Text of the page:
Dr. Richard Shadick

Licensed Psychologist - Psychotherapy, Testing

Have you suffered a loss from a divorce? Lost a loved one in unexpected or traumatic circumstances or perhaps to suicide? These are some areas of my expertise but I have broad experience in many areas. Please read on to learn more about the work I do. Feel free to email me if you have any questions or visit the links to the left to learn about my clinical and research work.

I work with teens,  adults, and families. I have particular expertise in those who have experienced divorce, survivors of trauma, and those who have lost loved ones to suicide. I also work extensively with college students with such issues as academic performance, identity, and substance use. I am certified with American Association of Suicidology as s suicide prevention specialist. 

With my clients I create a safe and supportive environment and find that clients are better able to openly explore their feelings in that way. I strive to understand the concerns my clients come to me with and to empower them to effect change in their lives.

I practice therapy primarily from a psychodynamic perspective, which means that I believe one's previous relationships and experiences have an influence on one's present problems. By exploring both the past and the present, clients are better able to develop relationships and make changes in their lives. I also work from a cognitive-behavioral approach when there are specific problems that need to be worked on in a brief period of time.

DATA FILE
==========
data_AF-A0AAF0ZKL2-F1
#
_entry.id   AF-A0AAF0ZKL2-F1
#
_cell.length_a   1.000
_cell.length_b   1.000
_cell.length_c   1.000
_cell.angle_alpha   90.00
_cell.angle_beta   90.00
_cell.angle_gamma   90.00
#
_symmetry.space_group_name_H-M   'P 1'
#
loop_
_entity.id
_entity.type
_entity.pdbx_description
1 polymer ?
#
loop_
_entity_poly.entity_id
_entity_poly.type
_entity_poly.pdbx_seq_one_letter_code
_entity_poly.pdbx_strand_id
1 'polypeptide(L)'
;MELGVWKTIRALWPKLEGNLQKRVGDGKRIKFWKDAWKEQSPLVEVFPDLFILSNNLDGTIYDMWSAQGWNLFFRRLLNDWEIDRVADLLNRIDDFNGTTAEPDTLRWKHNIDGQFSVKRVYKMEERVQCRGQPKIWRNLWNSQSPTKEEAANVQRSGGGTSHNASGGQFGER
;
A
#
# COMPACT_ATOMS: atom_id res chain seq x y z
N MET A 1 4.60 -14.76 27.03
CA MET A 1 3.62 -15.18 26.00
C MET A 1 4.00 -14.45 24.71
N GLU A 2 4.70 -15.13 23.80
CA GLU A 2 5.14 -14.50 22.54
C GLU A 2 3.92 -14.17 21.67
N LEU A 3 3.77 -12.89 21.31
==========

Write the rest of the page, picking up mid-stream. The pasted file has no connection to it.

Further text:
What can you expect in a first meeting? You will get an opportunity to talk about the concerns you are experiencing as well as the history of your problem. We will also talk about your broader life so that I may understand who you are as a person. At the end of the meeting you will be able to ask questions and hear my ideas about how to develop solutions for your concerns.


Office Location:

242 East 19th Street (between 2nd and 3rd)

New York NY 10003



What to do with Valentine's Day

Valentine’s Day – the time of year where the “haves”, “have-nots”, and “don’t-cares” bicker about how or if to celebrate romantic love. To say that Valentine’s Day is a recognized holiday for all is to step onto something akin to a battlefield (an irony that harkens back to the dark history of St. Valentine).

To address this issue we should look at some statistics. Approximately 44% of adults in the United States are single and of course the majority of college students are not in a committed relationship. Data from a survey at the Counseling Center at Pace University indicates only 30% of respondents are in a relationship. With so many without a traditional partner, is Valentine’s Day irrelevant for the majority of us? Well one could argue that point however that leaves a lot of messy feelings and no place to put them.

So, for those who care about Valentine’s Day, it makes sense that we re-vision the holiday as a holiday for love of all kinds, not just one kind. This allows us to spend time with anyone of our choosing. For this holiday, get together with friends, family, partners, or your pet and celebrate in some meaningful way. Have a party, go to dinner, see a movie, or treat yourself to something special.